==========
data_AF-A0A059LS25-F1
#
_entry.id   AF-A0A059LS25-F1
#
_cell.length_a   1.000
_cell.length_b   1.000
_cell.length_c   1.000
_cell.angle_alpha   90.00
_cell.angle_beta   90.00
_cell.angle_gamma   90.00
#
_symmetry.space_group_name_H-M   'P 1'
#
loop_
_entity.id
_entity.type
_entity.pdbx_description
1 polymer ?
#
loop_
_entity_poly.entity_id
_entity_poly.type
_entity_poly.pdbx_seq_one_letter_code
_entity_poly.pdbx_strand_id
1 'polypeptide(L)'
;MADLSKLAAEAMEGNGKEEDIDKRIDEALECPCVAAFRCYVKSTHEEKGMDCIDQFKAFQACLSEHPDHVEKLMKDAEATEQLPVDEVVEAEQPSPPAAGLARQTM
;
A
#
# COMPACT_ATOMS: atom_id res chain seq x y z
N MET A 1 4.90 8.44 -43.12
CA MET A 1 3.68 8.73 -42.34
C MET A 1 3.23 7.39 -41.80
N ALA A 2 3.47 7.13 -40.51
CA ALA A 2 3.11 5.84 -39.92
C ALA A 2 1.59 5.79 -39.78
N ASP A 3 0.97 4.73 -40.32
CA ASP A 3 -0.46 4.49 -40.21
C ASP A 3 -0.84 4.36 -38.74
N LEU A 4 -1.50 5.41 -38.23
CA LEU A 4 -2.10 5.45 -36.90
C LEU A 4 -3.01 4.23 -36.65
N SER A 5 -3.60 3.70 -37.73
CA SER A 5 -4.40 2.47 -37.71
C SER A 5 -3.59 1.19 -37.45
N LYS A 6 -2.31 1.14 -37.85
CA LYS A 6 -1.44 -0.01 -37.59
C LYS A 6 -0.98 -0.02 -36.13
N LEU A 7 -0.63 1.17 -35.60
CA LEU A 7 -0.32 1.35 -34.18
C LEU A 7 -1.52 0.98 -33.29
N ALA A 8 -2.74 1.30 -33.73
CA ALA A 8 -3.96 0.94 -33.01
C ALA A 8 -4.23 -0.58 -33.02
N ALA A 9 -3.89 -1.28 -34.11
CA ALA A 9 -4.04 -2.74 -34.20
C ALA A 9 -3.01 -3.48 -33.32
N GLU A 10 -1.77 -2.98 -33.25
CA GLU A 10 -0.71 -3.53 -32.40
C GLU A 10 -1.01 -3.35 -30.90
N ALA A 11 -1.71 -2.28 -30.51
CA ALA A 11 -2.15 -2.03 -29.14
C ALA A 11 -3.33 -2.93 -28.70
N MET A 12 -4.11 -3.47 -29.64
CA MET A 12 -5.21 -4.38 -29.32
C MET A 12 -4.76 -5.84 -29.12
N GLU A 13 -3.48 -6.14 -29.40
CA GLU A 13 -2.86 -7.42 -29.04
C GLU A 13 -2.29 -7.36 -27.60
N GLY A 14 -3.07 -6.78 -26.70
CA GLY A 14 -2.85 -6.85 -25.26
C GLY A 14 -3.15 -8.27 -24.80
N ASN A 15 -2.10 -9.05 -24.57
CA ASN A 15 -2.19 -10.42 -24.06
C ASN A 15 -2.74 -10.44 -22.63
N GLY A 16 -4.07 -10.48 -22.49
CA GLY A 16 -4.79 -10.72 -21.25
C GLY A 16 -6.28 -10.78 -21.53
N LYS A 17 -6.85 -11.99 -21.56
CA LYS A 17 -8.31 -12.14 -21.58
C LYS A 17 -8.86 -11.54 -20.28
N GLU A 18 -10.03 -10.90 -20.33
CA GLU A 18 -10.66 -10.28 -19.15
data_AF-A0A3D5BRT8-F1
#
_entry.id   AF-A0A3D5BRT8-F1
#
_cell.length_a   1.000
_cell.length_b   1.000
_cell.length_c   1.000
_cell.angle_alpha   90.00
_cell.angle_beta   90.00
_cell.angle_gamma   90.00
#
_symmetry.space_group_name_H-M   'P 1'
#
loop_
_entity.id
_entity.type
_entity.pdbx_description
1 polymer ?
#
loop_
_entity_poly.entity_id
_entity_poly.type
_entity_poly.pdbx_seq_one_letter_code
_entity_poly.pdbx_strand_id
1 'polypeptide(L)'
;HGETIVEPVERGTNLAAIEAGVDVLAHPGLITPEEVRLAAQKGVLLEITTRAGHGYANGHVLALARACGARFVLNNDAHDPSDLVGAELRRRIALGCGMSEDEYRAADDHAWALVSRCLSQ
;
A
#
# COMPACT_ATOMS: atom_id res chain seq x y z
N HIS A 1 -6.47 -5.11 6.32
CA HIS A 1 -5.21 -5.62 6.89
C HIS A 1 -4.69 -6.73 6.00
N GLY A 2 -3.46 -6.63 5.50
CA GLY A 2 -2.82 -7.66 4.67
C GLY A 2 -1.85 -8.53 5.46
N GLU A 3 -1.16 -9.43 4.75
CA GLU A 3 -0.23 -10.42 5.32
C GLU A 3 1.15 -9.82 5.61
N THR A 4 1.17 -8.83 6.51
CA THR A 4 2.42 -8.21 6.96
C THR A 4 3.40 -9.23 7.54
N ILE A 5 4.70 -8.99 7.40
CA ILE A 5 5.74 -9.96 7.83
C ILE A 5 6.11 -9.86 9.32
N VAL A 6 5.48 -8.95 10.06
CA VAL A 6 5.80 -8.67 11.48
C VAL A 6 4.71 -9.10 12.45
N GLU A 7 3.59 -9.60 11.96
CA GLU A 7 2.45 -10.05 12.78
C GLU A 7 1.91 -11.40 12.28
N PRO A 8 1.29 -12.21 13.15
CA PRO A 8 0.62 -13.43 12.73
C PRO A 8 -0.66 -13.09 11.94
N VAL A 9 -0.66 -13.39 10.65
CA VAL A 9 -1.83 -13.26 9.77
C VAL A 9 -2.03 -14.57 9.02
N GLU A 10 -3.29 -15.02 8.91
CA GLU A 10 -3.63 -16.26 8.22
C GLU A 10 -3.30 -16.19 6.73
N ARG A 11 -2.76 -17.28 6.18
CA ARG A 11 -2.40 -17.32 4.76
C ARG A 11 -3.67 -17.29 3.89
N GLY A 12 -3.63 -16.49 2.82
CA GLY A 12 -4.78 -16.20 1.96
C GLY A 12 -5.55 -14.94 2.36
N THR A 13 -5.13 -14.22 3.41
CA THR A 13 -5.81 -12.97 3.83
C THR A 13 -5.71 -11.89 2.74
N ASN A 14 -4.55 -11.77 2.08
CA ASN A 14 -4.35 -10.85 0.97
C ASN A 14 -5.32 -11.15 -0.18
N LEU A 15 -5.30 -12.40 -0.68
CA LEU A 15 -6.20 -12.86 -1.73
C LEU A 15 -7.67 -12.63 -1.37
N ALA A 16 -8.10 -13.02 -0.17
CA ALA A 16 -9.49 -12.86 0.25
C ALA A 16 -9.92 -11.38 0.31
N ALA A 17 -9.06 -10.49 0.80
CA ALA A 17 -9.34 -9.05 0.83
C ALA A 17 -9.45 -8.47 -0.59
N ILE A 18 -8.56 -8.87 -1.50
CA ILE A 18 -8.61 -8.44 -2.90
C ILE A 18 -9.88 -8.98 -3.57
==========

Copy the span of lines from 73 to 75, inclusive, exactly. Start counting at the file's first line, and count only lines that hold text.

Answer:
N ASN A 15 -2.10 -9.05 -24.57
CA ASN A 15 -2.19 -10.42 -24.06
C ASN A 15 -2.74 -10.44 -22.63